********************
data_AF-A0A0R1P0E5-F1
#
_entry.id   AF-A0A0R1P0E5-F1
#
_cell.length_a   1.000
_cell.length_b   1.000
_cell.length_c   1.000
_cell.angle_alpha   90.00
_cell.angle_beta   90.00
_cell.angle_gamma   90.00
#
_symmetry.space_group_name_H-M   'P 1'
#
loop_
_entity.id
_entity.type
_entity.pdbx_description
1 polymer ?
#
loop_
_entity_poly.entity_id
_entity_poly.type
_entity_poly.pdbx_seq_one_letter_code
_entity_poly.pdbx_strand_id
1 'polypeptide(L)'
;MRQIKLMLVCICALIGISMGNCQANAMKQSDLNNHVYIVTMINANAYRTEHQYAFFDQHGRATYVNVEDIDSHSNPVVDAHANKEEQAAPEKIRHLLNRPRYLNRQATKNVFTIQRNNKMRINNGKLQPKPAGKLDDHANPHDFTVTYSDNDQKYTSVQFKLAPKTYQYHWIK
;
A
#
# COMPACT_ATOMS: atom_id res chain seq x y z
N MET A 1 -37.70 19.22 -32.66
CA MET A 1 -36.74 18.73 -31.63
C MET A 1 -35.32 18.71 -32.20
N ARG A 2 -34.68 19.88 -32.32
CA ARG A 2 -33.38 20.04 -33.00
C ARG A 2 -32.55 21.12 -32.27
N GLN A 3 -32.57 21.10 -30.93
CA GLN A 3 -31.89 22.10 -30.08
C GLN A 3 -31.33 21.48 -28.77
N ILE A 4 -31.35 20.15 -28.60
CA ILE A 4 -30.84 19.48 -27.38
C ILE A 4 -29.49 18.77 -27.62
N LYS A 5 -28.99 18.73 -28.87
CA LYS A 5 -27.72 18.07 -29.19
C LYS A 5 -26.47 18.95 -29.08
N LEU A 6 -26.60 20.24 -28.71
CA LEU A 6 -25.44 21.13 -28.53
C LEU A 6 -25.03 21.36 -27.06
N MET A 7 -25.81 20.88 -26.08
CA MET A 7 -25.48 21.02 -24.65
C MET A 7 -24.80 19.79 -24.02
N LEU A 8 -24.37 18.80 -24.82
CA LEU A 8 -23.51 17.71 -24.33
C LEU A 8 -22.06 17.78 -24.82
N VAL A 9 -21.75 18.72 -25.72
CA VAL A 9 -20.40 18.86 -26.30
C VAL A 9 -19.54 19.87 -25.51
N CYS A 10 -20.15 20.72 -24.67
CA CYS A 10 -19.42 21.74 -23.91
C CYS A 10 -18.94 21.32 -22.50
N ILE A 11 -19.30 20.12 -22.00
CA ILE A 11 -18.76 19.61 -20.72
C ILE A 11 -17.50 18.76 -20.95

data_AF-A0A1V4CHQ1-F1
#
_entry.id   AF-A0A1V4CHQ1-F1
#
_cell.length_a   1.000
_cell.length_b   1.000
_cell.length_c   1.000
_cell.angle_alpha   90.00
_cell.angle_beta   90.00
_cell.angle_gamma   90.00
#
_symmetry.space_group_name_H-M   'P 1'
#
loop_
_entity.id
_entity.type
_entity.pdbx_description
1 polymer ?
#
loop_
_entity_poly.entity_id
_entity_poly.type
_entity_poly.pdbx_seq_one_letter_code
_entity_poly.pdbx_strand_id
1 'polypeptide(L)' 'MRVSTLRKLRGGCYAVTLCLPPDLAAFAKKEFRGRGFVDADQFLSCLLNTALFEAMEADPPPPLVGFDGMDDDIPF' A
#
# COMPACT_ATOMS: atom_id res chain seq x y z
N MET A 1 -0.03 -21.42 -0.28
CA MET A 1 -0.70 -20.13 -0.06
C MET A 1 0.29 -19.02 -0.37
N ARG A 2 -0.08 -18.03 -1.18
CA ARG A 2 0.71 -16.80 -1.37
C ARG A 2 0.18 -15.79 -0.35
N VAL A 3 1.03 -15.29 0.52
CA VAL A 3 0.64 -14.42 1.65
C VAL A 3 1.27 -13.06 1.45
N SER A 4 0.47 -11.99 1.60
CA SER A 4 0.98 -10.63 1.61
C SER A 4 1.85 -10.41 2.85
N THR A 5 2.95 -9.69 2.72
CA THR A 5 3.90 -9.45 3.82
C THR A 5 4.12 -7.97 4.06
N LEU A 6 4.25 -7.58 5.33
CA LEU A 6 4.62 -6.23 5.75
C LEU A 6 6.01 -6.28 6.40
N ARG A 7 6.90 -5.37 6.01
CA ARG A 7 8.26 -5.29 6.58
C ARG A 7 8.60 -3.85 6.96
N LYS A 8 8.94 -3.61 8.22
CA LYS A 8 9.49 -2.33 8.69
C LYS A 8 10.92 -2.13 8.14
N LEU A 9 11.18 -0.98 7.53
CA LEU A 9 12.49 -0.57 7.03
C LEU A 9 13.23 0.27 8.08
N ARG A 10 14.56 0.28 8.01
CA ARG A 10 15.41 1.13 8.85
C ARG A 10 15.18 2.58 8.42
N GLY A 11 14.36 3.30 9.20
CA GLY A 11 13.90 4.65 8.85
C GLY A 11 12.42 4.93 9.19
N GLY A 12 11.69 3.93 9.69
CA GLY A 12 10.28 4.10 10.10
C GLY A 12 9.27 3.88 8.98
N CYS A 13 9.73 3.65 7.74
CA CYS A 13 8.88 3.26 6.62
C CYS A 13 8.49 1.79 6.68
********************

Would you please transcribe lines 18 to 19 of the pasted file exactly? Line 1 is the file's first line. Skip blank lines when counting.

1 polymer ?
#